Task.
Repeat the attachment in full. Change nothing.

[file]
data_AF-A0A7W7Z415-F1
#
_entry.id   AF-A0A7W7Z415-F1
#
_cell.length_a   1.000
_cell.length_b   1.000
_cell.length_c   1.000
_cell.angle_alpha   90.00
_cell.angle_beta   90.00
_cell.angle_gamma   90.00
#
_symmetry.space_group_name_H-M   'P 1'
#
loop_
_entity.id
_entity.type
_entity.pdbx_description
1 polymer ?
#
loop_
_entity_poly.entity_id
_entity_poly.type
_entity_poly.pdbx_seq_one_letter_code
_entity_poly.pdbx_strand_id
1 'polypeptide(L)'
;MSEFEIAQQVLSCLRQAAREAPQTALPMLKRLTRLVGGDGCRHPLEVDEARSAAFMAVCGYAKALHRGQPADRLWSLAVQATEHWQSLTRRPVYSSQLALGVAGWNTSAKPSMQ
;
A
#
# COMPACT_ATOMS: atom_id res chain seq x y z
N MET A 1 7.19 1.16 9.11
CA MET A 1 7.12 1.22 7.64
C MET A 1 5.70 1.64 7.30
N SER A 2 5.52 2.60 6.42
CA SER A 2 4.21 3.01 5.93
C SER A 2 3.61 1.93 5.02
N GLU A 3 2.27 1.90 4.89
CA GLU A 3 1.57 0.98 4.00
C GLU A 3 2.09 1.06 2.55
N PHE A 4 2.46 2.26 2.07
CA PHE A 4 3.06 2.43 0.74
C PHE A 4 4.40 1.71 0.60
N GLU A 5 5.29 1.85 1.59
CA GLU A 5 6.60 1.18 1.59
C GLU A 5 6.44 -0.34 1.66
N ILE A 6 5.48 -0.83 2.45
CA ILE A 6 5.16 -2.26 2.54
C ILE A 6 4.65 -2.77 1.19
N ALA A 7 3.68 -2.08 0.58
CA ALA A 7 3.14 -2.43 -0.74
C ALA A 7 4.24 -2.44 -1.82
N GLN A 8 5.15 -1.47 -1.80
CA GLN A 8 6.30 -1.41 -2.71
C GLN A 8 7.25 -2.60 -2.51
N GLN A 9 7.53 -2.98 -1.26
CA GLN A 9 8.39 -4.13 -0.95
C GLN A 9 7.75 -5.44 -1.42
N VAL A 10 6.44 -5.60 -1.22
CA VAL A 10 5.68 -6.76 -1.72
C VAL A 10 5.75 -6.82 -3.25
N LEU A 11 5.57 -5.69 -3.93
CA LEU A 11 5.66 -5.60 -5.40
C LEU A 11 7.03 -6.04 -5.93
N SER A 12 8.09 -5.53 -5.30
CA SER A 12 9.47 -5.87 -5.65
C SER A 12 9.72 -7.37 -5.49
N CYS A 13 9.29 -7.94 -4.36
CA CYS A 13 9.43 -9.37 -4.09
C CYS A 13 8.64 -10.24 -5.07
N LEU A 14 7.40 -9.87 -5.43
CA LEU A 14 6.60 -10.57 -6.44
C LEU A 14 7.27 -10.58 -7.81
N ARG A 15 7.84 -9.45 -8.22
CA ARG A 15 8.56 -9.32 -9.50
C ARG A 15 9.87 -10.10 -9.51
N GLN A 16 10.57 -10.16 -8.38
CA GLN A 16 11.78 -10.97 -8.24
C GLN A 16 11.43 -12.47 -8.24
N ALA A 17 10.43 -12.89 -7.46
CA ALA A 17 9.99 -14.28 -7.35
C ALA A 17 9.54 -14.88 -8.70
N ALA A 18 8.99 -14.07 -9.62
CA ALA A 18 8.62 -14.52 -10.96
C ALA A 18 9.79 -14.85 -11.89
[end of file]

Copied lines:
data_AF-A0A7W7Z415-F1
#
_entry.id   AF-A0A7W7Z415-F1
#
_cell.length_a   1.000
_cell.length_b   1.000
_cell.length_c   1.000
_cell.angle_alpha   90.00
_cell.angle_beta   90.00
_cell.angle_gamma   90.00
#
_symmetry.space_group_name_H-M   'P 1'
#
loop_
_entity.id
_entity.type
_entity.pdbx_description
1 polymer ?
#
loop_
_entity_poly.entity_id
_entity_poly.type
_entity_poly.pdbx_seq_one_letter_code
_entity_poly.pdbx_strand_id
1 'polypeptide(L)'
;MSEFEIAQQVLSCLRQAAREAPQTALPMLKRLTRLVGGDGCRHPLEVDEARSAAFMAVCGYAKALHRGQPADRLWSLAVQATEHWQSLTRRPVYSSQLALGVAGWNTSAKPSMQ
;
A
#
# COMPACT_ATOMS: atom_id res chain seq x y z
N MET A 1 7.19 1.16 9.11
CA MET A 1 7.12 1.22 7.64
C MET A 1 5.70 1.64 7.30
N SER A 2 5.52 2.60 6.42
CA SER A 2 4.21 3.01 5.93
C SER A 2 3.61 1.93 5.02
N GLU A 3 2.27 1.90 4.89
CA GLU A 3 1.57 0.98 4.00
C GLU A 3 2.09 1.06 2.55
N PHE A 4 2.46 2.26 2.07
CA PHE A 4 3.06 2.43 0.74
C PHE A 4 4.40 1.71 0.60
N GLU A 5 5.29 1.85 1.59
CA GLU A 5 6.60 1.18 1.59
C GLU A 5 6.44 -0.34 1.66
N ILE A 6 5.48 -0.83 2.45
CA ILE A 6 5.16 -2.26 2.54
C ILE A 6 4.65 -2.77 1.19
N ALA A 7 3.68 -2.08 0.58
CA ALA A 7 3.14 -2.43 -0.74
C ALA A 7 4.24 -2.44 -1.82
N GLN A 8 5.15 -1.47 -1.80
CA GLN A 8 6.30 -1.41 -2.71
C GLN A 8 7.25 -2.60 -2.51
N GLN A 9 7.53 -2.98 -1.26
CA GLN A 9 8.39 -4.13 -0.95
C GLN A 9 7.75 -5.44 -1.42
N VAL A 10 6.44 -5.60 -1.22
CA VAL A 10 5.68 -6.76 -1.72
C VAL A 10 5.75 -6.82 -3.25
N LEU A 11 5.57 -5.69 -3.93
CA LEU A 11 5.66 -5.60 -5.40
C LEU A 11 7.03 -6.04 -5.93
N SER A 12 8.09 -5.53 -5.30
CA SER A 12 9.47 -5.87 -5.65
C SER A 12 9.72 -7.37 -5.49
N CYS A 13 9.29 -7.94 -4.36
CA CYS A 13 9.43 -9.37 -4.09
C CYS A 13 8.64 -10.24 -5.07
N LEU A 14 7.40 -9.87 -5.43
CA LEU A 14 6.60 -10.57 -6.44
C LEU A 14 7.27 -10.58 -7.81
N ARG A 15 7.84 -9.45 -8.22
CA ARG A 15 8.56 -9.32 -9.50
C ARG A 15 9.87 -10.10 -9.51
N GLN A 16 10.57 -10.16 -8.38
CA GLN A 16 11.78 -10.97 -8.24
C GLN A 16 11.43 -12.47 -8.24
N ALA A 17 10.43 -12.89 -7.46
CA ALA A 17 9.99 -14.28 -7.35
C ALA A 17 9.54 -14.88 -8.70
N ALA A 18 8.99 -14.07 -9.62
CA ALA A 18 8.62 -14.52 -10.96
C ALA A 18 9.79 -14.85 -11.89